Coronary Artery Disease – an Overview
The coronary arteries supply the muscles of the heart (myocardium) with oxygen-rich blood allowing it to function properly and efficiently. Two main coronary arteries that originate at the root of the aorta, along with its branches, provide the heart muscle with its entire blood supply.
The Right Coronary Artery (RCA) branches into the Right Marginal Artery and the Posterior Descending Artery. The RCA network supplies blood to the right atrium, the right ventricle, the bottom of the right and left ventricles and the back of the septum.
The Left Coronary Artery (LCA) branches into the Left Circumflex Artery, which provides oxygen-rich blood to the left atrium and the side and back of the left ventricle. Also branching from the Left Coronary Artery is the Left Anterior Descending Artery (LAD). Commonly known as “The Widow Maker” in certain circumstances, the LAD supplies blood to the bottom of the left ventricle and the front of the septum. If the LAD becomes significantly blocked, a patient runs a much higher risk of suffering emergent myocardial infarction (heart attack) than with any other isolated coronary artery blockage.
Coronary Artery Disease (CAD) is a condition in which the coronary arteries become narrowed as a result of atherosclerosis – the build up of plaque within the arteries that results in restricted blood flow (Myocardial Ischemia). Restricted blood flow through the coronary arteries is a dangerous condition that results in oxygen deprivation of the heart muscle. Prolonged oxygen deprivation can lead to angina (chest pain), myocardial infarction (heart attack), and irreparable damage to the heart muscle or even death.
Coronary artery disease is the most prevalent type of heart disease, with men carrying a greater risk, and is the leading cause of death amongst men and women in the United States. Risk factors for CAD include increased age, high cholesterol, high blood pressure, smoking, physical inactivity, obesity, diabetes and hereditary factors.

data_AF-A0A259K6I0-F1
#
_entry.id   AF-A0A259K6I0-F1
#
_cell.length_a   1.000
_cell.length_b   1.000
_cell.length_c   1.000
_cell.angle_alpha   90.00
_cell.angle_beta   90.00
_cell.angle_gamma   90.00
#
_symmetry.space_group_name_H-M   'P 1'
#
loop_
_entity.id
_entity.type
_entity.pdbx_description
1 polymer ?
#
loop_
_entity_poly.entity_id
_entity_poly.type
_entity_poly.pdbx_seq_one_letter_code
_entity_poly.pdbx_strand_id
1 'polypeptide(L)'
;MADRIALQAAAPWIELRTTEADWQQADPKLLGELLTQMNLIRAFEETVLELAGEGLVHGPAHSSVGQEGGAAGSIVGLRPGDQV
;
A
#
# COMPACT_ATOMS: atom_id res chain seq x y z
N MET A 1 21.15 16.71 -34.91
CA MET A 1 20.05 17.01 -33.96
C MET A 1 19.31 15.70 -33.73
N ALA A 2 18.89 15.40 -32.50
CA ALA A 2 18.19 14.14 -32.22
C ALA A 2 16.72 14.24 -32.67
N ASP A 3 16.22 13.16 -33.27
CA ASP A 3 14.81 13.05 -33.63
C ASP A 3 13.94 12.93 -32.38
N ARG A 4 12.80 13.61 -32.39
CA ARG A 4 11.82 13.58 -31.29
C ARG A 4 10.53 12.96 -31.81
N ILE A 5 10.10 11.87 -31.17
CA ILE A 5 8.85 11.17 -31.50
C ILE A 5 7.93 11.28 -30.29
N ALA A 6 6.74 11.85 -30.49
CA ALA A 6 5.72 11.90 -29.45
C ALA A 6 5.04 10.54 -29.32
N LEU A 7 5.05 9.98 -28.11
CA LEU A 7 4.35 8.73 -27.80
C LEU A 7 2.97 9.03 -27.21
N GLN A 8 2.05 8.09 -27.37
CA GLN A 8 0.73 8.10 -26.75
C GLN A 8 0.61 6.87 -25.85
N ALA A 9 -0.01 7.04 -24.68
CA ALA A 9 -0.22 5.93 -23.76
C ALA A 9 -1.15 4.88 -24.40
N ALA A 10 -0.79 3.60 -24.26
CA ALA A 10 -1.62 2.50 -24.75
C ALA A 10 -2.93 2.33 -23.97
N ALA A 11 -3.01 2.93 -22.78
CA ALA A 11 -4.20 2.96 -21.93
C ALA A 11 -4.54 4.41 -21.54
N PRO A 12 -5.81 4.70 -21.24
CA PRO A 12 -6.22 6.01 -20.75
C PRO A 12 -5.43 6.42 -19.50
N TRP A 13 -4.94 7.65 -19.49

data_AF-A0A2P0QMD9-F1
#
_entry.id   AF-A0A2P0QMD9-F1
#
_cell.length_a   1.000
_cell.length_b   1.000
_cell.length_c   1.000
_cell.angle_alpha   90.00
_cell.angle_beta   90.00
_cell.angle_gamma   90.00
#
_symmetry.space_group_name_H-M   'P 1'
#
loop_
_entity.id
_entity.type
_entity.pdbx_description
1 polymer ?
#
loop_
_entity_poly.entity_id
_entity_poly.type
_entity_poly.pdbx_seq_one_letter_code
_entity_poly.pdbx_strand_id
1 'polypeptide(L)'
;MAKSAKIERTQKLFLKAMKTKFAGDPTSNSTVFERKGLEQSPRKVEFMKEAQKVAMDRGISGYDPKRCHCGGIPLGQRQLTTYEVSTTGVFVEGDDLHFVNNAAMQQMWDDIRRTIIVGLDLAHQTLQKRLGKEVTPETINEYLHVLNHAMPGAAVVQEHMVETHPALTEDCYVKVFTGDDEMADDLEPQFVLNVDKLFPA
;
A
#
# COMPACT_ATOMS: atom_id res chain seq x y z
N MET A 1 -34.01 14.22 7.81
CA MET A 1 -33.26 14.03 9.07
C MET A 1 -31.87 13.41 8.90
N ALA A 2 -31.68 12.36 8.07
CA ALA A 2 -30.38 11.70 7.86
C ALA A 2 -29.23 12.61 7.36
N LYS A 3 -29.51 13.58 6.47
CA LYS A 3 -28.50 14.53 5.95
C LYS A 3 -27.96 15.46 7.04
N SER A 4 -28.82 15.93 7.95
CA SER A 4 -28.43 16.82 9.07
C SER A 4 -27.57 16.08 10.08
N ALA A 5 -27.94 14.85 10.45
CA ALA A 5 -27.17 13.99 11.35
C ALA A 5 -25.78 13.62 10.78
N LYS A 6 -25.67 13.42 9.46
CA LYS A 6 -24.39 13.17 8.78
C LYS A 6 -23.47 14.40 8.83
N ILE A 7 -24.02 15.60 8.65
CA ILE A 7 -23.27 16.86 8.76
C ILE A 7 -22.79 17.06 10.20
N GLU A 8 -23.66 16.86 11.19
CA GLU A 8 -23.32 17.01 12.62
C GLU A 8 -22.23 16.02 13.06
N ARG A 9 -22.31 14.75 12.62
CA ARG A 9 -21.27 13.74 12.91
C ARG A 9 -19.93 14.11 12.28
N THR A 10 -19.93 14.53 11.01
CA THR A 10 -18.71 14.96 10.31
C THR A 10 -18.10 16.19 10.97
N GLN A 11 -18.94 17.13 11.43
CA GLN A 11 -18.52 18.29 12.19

Coronary Artery Bypass Grafting (CABG)
Coronary Artery Bypass Grafting (CABG) is a surgical procedure in which one or more restricted coronary arteries are bypassed by a blood vessel graft in order to restore healthy blood flow to the heart. The blood vessels most commonly used for bypass are from the patient’s chest wall (mammary artery), leg (saphenous vein) or arm (radial artery). Once the vessel is harvested, one end is attached to the coronary artery beyond the site of the blockage, while the other is attached to the aorta. When using the patient’s mammary artery, which originates from the aorta, the artery is simply detached from the patient’s chest wall and attached to the coronary artery beyond the site of the blockage. The graft creates a new pathway for oxygenated blood flow to the heart muscle.
Coronary Artery Bypass Grafting is the most commonly performed surgical procedure in the United States, with nearly half a million performed annually. CTVS surgeons perform approximately 1000 CABG procedures in Central Texas each year, including traditional open surgery through sternotomy, off-pump (still-beating heart) CABG, minimally-invasive CABG and robotically-assisted CABG.
During open CABG surgery, the surgeon makes an 8- to 12-inch incision down the center of the chest and separates the sternum with a retractor to expose the heart. The patient is then placed on cardiopulmonary bypass (CPB) by placing canulae in various chambers of the heart and vessels leading to and from the heart. The CPB temporarily takes over the function of the heart and lungs so the heart can be stopped in order to achieve the bypass grafting. The surgery can take anywhere from 2-4 hours depending on the number of coronary arteries being bypassed.
In some cases, it is not necessary to stop the heart in order to perform the bypass graft. Indications for this approach may be a single-vessel bypass procedure using the patients Left Internal Mammary Artery (LIMA). When performing beating-heart CABG, the patient does not require CPB.